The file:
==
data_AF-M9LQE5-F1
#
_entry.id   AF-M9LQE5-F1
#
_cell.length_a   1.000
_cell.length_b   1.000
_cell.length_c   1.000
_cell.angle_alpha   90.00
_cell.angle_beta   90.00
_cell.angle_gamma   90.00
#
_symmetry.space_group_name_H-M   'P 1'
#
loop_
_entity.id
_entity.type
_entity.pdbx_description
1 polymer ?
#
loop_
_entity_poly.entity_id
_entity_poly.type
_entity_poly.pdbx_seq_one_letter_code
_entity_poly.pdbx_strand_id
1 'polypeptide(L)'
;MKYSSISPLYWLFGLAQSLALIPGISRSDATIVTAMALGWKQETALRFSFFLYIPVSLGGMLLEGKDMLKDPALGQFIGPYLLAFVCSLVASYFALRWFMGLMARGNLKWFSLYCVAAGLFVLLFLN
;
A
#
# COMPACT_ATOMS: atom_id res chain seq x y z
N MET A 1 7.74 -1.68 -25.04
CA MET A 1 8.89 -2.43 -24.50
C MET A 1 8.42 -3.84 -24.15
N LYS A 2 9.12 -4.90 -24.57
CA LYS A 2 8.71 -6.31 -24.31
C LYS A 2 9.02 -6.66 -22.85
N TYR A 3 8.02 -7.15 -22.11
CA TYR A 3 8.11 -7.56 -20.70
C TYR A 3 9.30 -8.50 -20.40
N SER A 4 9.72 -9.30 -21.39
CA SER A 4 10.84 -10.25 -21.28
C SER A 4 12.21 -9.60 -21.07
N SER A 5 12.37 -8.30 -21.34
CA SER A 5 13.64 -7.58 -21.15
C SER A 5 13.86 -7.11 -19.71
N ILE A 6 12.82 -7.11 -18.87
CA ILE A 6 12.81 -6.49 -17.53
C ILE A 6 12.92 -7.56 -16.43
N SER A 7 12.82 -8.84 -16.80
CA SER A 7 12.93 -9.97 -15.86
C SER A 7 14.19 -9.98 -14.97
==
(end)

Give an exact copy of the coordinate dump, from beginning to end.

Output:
data_AF-M9LQE5-F1
#
_entry.id   AF-M9LQE5-F1
#
_cell.length_a   1.000
_cell.length_b   1.000
_cell.length_c   1.000
_cell.angle_alpha   90.00
_cell.angle_beta   90.00
_cell.angle_gamma   90.00
#
_symmetry.space_group_name_H-M   'P 1'
#
loop_
_entity.id
_entity.type
_entity.pdbx_description
1 polymer ?
#
loop_
_entity_poly.entity_id
_entity_poly.type
_entity_poly.pdbx_seq_one_letter_code
_entity_poly.pdbx_strand_id
1 'polypeptide(L)'
;MKYSSISPLYWLFGLAQSLALIPGISRSDATIVTAMALGWKQETALRFSFFLYIPVSLGGMLLEGKDMLKDPALGQFIGPYLLAFVCSLVASYFALRWFMGLMARGNLKWFSLYCVAAGLFVLLFLN
;
A
#
# COMPACT_ATOMS: atom_id res chain seq x y z
N MET A 1 7.74 -1.68 -25.04
CA MET A 1 8.89 -2.43 -24.50
C MET A 1 8.42 -3.84 -24.15
N LYS A 2 9.12 -4.90 -24.57
CA LYS A 2 8.71 -6.31 -24.31
C LYS A 2 9.02 -6.66 -22.85
N TYR A 3 8.02 -7.15 -22.11
CA TYR A 3 8.11 -7.56 -20.70
C TYR A 3 9.30 -8.50 -20.40
N SER A 4 9.72 -9.30 -21.39
CA SER A 4 10.84 -10.25 -21.28
C SER A 4 12.21 -9.60 -21.07
N SER A 5 12.37 -8.30 -21.34
CA SER A 5 13.64 -7.58 -21.15
C SER A 5 13.86 -7.11 -19.71
N ILE A 6 12.82 -7.11 -18.87
CA ILE A 6 12.81 -6.49 -17.53
C ILE A 6 12.92 -7.56 -16.43
N SER A 7 12.82 -8.84 -16.80
CA SER A 7 12.93 -9.97 -15.86
C SER A 7 14.19 -9.98 -14.97